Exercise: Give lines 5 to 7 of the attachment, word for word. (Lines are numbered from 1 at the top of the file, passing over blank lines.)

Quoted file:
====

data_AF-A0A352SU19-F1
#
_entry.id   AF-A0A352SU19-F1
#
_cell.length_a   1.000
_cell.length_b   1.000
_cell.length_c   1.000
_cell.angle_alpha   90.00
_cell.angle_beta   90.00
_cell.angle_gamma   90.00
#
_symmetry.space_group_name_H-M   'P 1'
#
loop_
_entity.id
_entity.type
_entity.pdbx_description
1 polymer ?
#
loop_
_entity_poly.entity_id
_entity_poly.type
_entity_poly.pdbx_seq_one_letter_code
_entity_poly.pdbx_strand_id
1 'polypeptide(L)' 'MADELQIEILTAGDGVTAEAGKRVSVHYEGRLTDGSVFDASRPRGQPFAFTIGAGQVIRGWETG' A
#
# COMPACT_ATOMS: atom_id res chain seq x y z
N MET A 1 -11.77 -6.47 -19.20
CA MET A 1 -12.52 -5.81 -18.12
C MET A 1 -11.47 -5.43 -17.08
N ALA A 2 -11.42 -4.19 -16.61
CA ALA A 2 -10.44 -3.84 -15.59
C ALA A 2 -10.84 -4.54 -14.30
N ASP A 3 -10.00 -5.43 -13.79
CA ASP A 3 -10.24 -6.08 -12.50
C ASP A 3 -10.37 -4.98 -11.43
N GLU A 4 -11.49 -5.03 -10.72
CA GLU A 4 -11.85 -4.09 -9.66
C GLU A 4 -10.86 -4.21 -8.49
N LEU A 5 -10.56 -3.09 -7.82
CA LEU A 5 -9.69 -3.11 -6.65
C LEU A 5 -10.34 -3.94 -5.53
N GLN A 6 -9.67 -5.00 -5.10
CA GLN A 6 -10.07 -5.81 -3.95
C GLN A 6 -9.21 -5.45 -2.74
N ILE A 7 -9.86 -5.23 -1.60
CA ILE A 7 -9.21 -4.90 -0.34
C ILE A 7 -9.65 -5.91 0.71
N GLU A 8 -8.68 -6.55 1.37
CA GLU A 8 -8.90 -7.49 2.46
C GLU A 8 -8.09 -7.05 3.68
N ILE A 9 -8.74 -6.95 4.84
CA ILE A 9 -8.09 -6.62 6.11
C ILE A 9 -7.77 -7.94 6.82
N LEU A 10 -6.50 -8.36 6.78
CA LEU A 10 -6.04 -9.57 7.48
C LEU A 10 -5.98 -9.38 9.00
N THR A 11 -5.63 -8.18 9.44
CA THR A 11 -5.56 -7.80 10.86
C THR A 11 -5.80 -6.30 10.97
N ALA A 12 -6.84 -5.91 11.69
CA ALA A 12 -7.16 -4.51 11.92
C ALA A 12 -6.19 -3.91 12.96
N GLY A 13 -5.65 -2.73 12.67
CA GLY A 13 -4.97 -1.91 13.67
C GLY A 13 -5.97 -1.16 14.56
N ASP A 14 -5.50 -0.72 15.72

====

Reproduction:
_cell.length_a   1.000
_cell.length_b   1.000
_cell.length_c   1.000